While US postwar policies in Asia are shifting, a new Sino-US historical opportunity has emerged. US and Chinese visions of globalisation could still prove complementary.
President Trump’s gruelling 12-day Asia tour took place amid a worrisome historical moment. Since the mid-2010s, global economic integration – as measured by trade, investment and migration – has come to a standstill. Trade has been falling. Investment continues to stagnate. And slower migration has given rise to elevated global displacement and refugee crises – the worst since 1945.
After Japan, South Korea, China and Vietnam, Trump attended the Asia Pacific Economic Cooperation (APEC) Summit in Da Nang, Vietnam, followed by the 50th Anniversary of ASEAN in Manila.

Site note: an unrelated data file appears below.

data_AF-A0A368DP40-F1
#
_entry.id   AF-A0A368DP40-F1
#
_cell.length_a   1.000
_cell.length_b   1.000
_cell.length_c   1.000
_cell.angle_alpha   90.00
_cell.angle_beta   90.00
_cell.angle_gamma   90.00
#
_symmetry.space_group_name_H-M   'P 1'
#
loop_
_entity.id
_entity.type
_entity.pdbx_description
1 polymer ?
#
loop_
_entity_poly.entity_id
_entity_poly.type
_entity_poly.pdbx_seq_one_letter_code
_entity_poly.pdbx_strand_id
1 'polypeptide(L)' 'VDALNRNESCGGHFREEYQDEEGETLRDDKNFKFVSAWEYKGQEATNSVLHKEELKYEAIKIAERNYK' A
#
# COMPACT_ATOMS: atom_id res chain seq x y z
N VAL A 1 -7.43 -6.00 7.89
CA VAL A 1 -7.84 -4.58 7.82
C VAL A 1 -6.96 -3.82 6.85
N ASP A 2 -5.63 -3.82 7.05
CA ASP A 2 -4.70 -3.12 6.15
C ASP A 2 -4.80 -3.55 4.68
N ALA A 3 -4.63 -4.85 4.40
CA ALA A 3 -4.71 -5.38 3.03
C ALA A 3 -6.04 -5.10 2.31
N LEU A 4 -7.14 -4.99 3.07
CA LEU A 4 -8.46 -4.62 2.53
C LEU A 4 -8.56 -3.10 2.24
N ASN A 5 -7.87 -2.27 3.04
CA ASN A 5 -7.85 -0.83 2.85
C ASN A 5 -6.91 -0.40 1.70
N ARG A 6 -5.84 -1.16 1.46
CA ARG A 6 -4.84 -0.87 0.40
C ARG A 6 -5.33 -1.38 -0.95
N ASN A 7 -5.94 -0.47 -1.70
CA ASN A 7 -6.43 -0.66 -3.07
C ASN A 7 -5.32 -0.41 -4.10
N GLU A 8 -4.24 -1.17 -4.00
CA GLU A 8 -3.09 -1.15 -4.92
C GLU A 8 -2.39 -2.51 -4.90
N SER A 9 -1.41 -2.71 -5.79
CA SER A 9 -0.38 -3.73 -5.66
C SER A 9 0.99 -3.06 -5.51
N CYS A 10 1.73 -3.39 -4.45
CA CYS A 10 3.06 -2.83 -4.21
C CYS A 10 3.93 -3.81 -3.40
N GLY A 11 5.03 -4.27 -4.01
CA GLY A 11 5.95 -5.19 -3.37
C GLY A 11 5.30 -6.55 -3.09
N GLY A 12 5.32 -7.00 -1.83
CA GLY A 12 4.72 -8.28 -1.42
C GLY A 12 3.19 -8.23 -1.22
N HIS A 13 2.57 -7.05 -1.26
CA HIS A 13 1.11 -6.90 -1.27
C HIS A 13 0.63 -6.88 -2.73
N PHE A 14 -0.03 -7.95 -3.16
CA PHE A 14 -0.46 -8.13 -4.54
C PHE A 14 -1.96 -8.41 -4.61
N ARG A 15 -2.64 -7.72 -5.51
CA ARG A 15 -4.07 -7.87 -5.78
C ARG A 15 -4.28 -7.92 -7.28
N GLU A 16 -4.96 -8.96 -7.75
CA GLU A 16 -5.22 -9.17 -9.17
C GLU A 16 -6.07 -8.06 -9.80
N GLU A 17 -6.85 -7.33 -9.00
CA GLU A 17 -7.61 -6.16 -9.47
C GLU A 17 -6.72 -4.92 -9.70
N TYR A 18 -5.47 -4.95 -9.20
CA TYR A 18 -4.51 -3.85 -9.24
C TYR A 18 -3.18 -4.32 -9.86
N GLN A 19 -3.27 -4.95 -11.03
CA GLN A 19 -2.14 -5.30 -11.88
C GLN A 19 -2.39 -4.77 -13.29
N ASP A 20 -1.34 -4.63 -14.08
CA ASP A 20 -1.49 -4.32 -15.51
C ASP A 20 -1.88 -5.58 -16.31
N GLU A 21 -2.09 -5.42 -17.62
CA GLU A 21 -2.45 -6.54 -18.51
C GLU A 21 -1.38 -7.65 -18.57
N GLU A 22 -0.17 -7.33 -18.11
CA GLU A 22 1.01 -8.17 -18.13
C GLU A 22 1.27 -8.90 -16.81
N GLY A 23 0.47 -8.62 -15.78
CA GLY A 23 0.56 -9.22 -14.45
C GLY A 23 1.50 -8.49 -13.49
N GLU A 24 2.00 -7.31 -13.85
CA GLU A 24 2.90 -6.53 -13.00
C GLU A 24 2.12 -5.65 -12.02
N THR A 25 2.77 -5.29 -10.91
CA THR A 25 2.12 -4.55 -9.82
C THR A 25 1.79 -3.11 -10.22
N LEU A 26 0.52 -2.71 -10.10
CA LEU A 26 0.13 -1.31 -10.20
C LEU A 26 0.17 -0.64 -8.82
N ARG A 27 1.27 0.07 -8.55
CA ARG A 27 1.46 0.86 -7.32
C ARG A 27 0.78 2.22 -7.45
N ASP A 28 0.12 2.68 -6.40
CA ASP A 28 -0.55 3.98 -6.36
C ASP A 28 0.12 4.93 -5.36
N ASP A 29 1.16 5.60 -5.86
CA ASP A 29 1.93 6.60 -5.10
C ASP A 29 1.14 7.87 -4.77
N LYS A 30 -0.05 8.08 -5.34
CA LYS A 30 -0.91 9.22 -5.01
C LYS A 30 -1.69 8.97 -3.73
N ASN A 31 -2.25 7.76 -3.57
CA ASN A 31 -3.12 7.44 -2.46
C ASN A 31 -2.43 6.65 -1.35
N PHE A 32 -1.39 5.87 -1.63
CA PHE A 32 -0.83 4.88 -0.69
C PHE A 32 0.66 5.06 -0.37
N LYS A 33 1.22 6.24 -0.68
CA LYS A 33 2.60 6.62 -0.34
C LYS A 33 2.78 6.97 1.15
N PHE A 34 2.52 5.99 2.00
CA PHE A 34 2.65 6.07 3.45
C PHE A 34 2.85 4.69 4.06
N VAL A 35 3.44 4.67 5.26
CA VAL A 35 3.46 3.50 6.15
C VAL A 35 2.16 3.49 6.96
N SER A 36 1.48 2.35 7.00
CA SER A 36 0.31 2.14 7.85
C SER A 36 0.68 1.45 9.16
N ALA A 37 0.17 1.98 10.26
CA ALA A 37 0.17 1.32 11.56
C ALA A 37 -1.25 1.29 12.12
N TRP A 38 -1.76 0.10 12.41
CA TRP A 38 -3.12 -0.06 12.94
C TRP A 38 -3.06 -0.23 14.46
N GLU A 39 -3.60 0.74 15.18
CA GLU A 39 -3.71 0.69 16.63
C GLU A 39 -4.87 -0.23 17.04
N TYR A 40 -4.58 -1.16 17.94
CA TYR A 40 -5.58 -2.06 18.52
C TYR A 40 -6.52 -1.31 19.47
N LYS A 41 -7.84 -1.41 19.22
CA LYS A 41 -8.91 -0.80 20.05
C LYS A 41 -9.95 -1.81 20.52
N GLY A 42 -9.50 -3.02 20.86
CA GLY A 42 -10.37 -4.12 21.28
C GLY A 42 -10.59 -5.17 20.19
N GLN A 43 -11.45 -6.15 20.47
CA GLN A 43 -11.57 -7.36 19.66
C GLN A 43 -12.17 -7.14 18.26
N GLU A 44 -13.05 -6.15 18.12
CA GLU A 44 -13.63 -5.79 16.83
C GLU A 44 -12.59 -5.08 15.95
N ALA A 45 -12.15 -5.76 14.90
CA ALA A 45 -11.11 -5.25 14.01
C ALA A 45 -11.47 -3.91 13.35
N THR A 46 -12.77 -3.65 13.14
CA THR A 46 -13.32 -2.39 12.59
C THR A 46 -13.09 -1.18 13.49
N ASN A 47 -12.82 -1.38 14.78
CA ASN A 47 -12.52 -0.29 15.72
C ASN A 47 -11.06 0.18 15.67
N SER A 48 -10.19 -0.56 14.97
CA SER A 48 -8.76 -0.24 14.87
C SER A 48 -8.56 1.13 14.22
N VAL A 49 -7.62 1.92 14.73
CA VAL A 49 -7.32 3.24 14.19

It was the two leaders’ speeches in the Vietnam that seemed to leave room for an emerging opportunity – a new kind of globalisation.
About the Author
Dr. Dan Steinbock is Guest Fellow of Shanghai Institutes for International Studies (SIIS), see http://en.siis.org.cn/. The commentary is part of his SIIS project “China in the Era of Economic Uncertainty and Geopolitical Risk”. For his global advisory activities and other affiliations in the US and Europe, see http://www.differencegroup.net/